The next merge request will make #phosh cross the 1000 commit boundary:
$ git log --pretty=oneline | wc -l
Multiple GTK apps open in the same environment and all fitting nice in the screen.
Thank you #libhandy
After adding proximity sensor-support to #iio-sensor-proxy (https://gitlab.freedesktop.org/hadess/iio-sensor-proxy/merge_requests/298) and adding runtime-pm support for the chip used in the #librem5 (and it's devkit) (https://firstname.lastname@example.org/) we can now wire it up to #phosh to fade the screen and prevent keyboard input:
A lot of people are confused by git. Most of these people, I reckon, learned it from the outside in - from the command-line interface down. If you started with git by asking "how do I sync up my changes with my peers", then you might get the answer, but you will be missing the foundation on which that answer is built. This is the main source of confusion with git.
The better way is to learn git from the inside out. You should first learn about what objects are and how they're stored and identified, and how they relate to each other. You should learn what blobs, trees, and commits actually are, and how they relate to each other, and how commits form a linked list from which a graph of all objects can be derived.
Then you should learn how the ref database gives friendly names like "master" and "feature/foobar" to objects, and how the reflog tracks changes to references over time.
THEN, and only then, should you learn how to use the CLI. Then you can learn about using the staging area to add objects to the database and create commits, and how doing this updates the reflog.
Git makes total sense when you approach it from this angle. Supposedly hard tools like git rebase are totally understandable when you view them with the appropriate foundational knowledge.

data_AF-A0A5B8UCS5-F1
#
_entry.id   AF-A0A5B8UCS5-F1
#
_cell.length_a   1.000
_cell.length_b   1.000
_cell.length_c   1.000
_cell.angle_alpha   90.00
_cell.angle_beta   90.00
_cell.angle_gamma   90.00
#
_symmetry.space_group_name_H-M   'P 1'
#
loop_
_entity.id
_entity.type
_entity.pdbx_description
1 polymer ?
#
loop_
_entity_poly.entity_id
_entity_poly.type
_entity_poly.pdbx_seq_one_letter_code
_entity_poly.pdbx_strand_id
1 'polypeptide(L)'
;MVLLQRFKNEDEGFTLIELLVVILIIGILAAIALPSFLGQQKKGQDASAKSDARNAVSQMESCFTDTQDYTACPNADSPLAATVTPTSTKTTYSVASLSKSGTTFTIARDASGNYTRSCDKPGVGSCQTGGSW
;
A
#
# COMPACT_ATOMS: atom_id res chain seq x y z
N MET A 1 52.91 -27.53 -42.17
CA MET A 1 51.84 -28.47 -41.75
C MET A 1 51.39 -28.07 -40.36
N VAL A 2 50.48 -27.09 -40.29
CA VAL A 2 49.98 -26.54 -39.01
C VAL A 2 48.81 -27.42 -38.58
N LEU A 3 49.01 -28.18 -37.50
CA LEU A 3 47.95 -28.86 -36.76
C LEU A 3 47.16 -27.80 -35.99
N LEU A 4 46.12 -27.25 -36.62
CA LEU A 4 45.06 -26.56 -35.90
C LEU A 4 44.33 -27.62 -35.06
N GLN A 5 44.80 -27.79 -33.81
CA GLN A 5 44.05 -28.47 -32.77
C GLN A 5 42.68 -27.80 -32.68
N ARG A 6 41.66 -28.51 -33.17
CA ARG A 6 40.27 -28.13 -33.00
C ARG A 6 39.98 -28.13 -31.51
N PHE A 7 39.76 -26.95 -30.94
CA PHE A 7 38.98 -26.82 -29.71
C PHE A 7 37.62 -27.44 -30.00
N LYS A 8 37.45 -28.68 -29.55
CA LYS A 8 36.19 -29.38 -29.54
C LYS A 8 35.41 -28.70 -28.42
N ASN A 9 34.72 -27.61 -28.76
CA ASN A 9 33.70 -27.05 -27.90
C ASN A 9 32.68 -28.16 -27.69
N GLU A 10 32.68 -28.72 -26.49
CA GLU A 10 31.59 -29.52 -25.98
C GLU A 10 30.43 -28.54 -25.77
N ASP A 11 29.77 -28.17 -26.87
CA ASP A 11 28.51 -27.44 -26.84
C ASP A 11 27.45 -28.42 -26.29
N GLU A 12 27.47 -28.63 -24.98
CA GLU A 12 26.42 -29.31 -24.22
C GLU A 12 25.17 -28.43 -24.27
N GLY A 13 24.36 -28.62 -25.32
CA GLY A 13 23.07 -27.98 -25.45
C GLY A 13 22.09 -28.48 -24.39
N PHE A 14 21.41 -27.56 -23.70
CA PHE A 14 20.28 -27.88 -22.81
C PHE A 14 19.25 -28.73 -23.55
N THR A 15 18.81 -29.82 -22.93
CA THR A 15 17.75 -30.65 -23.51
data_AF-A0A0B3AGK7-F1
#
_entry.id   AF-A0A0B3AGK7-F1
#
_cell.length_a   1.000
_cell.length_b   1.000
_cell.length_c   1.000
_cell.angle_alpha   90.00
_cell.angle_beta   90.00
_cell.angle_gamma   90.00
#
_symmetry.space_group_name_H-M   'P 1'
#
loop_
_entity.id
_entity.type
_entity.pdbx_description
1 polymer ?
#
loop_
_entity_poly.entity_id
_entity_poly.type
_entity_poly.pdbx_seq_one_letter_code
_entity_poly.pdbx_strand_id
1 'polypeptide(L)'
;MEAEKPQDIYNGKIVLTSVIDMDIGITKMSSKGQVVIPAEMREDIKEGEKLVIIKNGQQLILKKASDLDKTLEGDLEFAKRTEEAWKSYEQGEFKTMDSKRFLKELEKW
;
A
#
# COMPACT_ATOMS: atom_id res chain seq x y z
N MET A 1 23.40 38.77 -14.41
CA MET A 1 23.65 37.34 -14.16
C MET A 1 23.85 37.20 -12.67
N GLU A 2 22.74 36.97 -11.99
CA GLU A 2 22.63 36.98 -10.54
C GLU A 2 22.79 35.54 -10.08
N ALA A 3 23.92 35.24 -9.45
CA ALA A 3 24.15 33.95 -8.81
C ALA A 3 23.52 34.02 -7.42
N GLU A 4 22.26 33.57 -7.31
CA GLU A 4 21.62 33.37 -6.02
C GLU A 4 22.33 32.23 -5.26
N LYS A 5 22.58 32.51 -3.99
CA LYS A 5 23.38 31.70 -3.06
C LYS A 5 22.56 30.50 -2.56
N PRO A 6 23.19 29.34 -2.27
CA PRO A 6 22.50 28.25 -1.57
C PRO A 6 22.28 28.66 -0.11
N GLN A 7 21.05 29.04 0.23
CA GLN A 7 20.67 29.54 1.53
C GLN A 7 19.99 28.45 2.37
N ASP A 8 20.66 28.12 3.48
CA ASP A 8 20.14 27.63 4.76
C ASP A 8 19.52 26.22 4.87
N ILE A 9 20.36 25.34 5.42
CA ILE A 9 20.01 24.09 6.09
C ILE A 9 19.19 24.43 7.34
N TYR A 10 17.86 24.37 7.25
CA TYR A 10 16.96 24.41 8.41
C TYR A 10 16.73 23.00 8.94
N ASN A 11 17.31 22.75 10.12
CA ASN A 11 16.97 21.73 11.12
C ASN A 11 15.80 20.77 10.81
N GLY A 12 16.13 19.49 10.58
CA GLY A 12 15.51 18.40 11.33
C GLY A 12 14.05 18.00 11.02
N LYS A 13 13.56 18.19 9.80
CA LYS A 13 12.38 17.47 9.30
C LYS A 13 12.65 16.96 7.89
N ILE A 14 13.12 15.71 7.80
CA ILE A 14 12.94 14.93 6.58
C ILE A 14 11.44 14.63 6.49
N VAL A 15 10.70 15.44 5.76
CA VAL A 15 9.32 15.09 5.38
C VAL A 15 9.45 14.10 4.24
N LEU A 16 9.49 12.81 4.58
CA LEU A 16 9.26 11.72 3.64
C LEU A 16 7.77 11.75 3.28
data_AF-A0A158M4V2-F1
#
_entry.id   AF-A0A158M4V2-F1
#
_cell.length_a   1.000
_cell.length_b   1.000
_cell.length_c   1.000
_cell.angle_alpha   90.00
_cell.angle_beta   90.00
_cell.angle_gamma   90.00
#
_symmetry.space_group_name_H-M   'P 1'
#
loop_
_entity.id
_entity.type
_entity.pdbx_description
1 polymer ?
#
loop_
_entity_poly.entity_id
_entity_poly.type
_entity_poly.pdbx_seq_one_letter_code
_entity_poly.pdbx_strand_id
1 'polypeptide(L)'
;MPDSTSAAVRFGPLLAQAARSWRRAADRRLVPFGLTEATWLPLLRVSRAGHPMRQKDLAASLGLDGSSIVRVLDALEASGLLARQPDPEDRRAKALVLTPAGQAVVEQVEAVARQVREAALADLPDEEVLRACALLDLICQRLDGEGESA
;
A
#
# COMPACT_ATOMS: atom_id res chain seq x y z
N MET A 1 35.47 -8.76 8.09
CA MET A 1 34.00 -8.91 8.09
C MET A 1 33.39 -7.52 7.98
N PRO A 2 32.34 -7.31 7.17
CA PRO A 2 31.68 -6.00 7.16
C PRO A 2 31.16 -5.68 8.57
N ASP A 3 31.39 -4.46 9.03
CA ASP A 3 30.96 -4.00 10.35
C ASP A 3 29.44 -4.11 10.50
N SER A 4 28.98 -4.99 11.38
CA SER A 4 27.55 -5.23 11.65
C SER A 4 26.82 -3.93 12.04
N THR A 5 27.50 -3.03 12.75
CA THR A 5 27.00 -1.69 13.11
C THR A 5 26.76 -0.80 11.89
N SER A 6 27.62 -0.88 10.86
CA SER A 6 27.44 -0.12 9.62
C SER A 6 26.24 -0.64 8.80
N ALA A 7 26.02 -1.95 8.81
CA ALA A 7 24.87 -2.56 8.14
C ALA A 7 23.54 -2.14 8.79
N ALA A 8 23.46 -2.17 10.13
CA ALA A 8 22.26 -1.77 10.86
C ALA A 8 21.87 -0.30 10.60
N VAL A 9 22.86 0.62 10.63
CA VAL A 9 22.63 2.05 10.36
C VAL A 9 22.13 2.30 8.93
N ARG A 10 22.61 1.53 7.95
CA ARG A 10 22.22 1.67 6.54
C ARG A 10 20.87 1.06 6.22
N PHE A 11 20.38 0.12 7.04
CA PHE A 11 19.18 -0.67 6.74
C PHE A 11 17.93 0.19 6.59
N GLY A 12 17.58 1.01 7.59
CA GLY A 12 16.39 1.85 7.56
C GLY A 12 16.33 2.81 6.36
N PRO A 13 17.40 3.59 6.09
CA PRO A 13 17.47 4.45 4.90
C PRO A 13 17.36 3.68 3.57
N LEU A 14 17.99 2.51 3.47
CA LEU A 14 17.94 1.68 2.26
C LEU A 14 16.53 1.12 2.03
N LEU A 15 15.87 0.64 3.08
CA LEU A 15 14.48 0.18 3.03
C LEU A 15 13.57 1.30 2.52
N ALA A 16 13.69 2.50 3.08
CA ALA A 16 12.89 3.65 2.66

Git is a tool which you will reach for hundreds of times a day, every day, for your entire career. Maybe it's worth learning about properly.
Reviewing a merge request for phosh by Julian with some initial work on the quick settings: https://source.puri.sm/Librem5/phosh/merge_requests/425 #librem5 #DailyLibrem @purism
Jonathan Carter on the #Librem5 "The #Gnome apps are fast and responsive and just feel natural on this form factor. I’m looking forward again to having a pocket computer that can run Debian." - Random bits from FOSDEM 2020 https://jonathancarter.org/2020/02/07/random-bits-from-fosdem-2020/
freedesktop-sdk 19.08.07 has been released with Mesa 19.3 - which means that flatpaked apps can use OpenGL out-of-box with upstream unmodified runtime on the Librem 5 now! \o/
this laptop (MNT Reform) and this phone (Purism Librem 5) have the same SoC (CPU/GPU/...), i.MX8M. and both run free and open source drivers and software. #FOSDEM2020
Something that has surprised me over the few weeks I've had this #Librem5 phone is the rapid progress. Each week brings at least one big improvement. Case in point, yesterday's kernel update (should hit main repos in a few days) made a noticeable change in the phone's heat and touchscreen performance.
Did you know that you can update the firmware of a USB-C cable?